You should never leave your lovely pet alone except for very short periods of time – and then only if he or she's extremely tired after a long day of plenty of activity. Because your pet is so intelligent, he or she can become bored and lonely very quickly, and when that happens, watch out. Left alone, an unhappy Saluki can be very destructive, with propensities to chew on anything and everything. Although providing proper chew toys can satisfy this need to some extent, it's not foolproof and your Saluki can be destructive simply because he or she is unhappy. You should also NEVER trust your Saluki off leash in any unsafe areas, especially in traffic. Again, because Salukis are hunting dogs by nature, their propensity is to take off after whatever prey they see.
Despite their very delicate appearance, Salukis are sturdy, hardy dogs that live 10 to 12 years on average with few health problems. Some propensity for cancer and eye disease has been noted, as have some cardiac conditions such as cardiomyopathy or congestive heart failure, but overall, this is a very healthy breed. Regular veterinary care, including dental care, is of course necessary.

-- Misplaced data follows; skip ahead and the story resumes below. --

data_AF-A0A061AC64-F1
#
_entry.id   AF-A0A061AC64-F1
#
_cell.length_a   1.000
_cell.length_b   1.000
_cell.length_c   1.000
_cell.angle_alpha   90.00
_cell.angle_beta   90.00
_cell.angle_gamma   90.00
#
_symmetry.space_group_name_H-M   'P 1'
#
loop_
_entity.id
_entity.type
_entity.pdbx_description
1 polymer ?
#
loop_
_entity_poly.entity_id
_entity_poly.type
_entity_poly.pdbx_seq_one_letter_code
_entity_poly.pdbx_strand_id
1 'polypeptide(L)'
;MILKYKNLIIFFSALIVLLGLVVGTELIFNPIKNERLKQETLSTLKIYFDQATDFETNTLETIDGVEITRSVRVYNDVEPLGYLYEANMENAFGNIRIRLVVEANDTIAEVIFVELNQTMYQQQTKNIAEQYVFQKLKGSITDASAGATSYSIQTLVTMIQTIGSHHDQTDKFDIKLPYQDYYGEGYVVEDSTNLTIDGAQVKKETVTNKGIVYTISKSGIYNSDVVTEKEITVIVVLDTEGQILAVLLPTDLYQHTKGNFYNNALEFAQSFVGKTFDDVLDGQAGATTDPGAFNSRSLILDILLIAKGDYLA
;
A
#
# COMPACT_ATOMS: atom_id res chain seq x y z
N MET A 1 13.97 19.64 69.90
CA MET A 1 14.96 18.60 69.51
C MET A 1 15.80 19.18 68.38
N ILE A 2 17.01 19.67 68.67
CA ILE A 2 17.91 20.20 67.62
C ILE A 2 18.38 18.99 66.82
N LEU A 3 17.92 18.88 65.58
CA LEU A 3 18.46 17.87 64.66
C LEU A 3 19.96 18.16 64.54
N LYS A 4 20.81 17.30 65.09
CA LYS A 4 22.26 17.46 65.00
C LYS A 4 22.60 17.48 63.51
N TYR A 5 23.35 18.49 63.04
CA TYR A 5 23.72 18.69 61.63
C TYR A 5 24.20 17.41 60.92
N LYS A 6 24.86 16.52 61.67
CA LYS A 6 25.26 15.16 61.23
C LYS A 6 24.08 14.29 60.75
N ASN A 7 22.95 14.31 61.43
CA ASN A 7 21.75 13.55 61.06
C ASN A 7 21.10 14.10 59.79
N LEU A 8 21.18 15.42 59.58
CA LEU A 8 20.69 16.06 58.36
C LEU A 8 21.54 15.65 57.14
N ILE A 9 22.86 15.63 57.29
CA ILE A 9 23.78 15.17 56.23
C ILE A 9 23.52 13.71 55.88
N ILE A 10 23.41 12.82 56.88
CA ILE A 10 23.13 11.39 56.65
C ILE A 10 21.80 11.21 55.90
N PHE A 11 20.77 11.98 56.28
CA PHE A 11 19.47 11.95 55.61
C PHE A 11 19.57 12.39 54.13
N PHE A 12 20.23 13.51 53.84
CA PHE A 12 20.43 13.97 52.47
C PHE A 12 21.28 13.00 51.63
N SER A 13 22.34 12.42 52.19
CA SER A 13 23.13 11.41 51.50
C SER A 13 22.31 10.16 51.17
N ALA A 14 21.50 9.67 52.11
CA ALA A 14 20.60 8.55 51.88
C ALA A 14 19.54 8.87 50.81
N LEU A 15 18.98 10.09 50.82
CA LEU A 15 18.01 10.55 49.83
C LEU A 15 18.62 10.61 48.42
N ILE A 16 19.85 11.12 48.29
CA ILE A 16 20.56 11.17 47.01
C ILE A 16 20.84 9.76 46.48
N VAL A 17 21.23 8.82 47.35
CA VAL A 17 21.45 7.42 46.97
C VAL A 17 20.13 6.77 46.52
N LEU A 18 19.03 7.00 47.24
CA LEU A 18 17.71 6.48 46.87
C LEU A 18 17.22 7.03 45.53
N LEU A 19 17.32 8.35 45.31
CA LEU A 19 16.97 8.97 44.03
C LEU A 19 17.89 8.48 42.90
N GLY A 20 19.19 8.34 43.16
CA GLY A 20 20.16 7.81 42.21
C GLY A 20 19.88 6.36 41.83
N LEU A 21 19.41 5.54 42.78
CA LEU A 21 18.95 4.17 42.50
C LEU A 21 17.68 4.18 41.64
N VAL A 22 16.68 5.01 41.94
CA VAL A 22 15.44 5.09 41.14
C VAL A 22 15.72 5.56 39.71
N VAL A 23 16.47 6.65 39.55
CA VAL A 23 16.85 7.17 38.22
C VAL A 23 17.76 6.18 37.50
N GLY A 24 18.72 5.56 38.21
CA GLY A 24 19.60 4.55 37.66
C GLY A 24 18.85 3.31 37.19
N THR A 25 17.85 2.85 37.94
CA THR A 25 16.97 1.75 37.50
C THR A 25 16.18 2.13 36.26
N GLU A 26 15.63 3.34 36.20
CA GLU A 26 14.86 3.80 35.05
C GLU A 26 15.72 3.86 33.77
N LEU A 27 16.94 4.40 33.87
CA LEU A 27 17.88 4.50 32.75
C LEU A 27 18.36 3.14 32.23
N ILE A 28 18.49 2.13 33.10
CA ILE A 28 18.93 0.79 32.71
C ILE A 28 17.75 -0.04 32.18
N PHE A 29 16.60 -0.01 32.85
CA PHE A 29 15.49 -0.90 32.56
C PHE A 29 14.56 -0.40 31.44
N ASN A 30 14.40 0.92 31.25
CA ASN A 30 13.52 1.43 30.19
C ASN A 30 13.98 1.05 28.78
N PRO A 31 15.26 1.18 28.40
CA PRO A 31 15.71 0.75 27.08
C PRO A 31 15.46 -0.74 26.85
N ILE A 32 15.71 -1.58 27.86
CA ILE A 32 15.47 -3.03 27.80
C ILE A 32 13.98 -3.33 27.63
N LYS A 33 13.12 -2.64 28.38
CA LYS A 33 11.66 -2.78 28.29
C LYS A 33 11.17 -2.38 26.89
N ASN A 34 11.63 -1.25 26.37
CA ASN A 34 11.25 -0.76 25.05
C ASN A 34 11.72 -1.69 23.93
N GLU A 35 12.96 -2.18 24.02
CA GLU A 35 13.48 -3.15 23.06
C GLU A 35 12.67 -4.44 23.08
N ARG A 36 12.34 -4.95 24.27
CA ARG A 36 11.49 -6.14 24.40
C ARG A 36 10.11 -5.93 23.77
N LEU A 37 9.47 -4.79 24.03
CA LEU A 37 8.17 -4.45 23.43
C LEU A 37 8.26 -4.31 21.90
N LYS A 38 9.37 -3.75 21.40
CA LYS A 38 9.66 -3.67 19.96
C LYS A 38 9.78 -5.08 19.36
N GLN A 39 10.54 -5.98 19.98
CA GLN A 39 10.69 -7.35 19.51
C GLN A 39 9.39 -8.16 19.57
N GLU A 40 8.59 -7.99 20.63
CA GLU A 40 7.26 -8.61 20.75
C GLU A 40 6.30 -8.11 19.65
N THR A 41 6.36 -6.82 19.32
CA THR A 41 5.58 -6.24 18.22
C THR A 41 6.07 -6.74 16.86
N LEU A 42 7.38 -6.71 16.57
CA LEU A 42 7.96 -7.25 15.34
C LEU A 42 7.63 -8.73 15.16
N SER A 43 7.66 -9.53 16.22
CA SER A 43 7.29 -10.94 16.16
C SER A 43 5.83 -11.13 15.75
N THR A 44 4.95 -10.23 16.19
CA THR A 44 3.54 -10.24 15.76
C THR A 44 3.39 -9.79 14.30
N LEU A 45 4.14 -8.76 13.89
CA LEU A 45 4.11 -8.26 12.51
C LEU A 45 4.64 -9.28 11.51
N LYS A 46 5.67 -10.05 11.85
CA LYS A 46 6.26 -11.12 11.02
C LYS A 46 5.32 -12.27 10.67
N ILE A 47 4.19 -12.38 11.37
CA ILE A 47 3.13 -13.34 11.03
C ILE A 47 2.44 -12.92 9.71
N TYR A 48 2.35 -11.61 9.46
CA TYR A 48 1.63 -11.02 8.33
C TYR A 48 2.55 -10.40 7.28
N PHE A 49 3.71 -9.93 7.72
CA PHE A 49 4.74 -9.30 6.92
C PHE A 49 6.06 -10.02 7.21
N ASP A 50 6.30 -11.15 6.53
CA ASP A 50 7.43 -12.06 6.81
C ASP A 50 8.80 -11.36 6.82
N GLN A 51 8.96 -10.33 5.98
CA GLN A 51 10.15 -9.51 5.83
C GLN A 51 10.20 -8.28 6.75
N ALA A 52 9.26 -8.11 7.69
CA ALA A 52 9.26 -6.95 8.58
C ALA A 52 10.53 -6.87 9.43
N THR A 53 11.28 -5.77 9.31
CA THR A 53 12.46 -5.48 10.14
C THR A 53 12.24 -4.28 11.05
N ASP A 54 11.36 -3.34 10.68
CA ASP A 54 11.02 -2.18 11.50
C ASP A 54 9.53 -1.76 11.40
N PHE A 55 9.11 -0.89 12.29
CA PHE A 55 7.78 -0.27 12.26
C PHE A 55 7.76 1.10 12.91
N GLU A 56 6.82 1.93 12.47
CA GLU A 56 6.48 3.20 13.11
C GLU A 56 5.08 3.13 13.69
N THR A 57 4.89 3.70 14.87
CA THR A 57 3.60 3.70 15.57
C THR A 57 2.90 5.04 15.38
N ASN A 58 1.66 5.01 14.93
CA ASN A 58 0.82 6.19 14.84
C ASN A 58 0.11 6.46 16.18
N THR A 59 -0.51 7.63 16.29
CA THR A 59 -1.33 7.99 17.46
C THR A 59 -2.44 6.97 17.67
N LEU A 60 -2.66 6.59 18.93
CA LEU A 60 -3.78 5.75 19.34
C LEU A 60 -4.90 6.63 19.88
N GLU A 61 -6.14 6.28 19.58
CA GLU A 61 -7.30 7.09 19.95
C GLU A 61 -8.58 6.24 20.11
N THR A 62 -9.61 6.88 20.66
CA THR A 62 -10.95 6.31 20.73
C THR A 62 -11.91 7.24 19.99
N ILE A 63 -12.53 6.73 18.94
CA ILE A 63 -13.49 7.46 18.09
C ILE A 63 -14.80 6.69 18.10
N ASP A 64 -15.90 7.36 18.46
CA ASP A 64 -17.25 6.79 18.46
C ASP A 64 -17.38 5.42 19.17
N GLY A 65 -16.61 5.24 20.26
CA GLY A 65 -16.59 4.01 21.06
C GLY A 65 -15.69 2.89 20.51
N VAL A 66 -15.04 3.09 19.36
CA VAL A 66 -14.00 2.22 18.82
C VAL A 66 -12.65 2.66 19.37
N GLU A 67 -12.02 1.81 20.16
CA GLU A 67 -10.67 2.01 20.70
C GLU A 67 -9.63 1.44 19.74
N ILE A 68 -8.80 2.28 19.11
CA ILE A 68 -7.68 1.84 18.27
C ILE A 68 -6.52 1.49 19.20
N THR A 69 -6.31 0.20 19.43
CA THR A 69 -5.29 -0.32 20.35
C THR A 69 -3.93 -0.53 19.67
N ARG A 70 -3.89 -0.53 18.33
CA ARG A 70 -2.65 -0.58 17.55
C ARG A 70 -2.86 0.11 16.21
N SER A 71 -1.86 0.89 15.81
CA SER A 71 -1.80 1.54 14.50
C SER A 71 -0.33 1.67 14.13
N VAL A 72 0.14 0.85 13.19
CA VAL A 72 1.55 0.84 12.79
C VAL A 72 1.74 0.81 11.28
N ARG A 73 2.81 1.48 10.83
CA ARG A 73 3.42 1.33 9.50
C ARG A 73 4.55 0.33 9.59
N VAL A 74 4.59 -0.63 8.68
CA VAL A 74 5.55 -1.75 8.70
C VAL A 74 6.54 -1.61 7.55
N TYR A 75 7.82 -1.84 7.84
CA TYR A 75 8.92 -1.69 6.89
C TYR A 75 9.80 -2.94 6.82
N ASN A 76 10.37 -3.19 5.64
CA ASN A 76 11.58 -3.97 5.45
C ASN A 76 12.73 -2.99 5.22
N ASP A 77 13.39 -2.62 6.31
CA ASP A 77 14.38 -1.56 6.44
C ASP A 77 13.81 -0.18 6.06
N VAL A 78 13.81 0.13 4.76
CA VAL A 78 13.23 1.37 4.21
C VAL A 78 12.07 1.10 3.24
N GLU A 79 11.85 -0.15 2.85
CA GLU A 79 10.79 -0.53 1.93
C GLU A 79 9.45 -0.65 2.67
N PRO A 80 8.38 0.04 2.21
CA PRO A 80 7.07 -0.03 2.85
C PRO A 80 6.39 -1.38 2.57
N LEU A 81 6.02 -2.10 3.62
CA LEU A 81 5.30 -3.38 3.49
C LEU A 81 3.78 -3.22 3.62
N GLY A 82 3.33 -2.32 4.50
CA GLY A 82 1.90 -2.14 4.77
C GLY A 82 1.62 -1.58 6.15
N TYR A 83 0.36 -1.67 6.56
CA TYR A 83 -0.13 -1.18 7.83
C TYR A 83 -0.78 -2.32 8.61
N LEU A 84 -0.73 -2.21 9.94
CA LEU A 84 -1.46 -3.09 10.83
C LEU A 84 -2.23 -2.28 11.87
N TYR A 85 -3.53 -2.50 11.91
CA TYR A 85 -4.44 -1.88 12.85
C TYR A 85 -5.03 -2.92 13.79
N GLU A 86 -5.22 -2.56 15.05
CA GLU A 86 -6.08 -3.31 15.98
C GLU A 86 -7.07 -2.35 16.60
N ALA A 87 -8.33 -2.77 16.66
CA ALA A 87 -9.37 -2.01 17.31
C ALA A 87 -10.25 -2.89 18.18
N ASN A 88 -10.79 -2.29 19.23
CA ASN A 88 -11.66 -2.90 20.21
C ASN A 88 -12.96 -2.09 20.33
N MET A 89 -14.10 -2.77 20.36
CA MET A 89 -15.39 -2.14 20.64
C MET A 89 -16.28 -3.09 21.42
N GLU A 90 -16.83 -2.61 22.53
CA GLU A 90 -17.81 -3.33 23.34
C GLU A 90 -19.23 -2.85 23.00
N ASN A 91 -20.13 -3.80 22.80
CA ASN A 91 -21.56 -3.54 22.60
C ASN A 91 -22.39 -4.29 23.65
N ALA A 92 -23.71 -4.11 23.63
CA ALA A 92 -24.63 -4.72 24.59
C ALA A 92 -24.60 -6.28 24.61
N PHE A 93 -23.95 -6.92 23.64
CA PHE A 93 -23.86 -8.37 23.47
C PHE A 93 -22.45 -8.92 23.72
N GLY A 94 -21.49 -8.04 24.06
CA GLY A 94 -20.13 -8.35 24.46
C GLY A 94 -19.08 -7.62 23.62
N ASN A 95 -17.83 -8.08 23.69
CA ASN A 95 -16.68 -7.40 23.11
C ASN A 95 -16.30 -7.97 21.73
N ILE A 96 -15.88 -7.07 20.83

Your pet is very easy to groom, with only light shedding propensities (a bit heavier in the spring). Brush weekly; Salukis like to be brushed, and this will also prevent shedding. Your pet has no doggie odor to speak of, and shouldn't need to be bathed unless he or she gets into something outside.
AKC Meet the Breeds®: Get to know the Saluki. http://www.akc.org/breeds/saluki/index.cfm. Retrieved February 3, 2013.
Saluki. http://en.wikipedia.org/wiki/Saluki. Retrieved February 3, 2013.
Saluki (Gazelle Hound) (Arabian Hound) (Persian Greyhound) (Tanji) (Persian Sighthound). http://www.dogbreedinfo.com/saluki.htm. Retrieved February 3, 2013.
Sighthound. http://en.wikipedia.org/wiki/Sighthound. Retrieved February 3, 2013.
PetWave: Saluki Dog Breed. http://www.petwave.com/Dogs/Dog-Breed-Center/Hound-Group/Saluki.aspx. Retrieved February 3, 2013.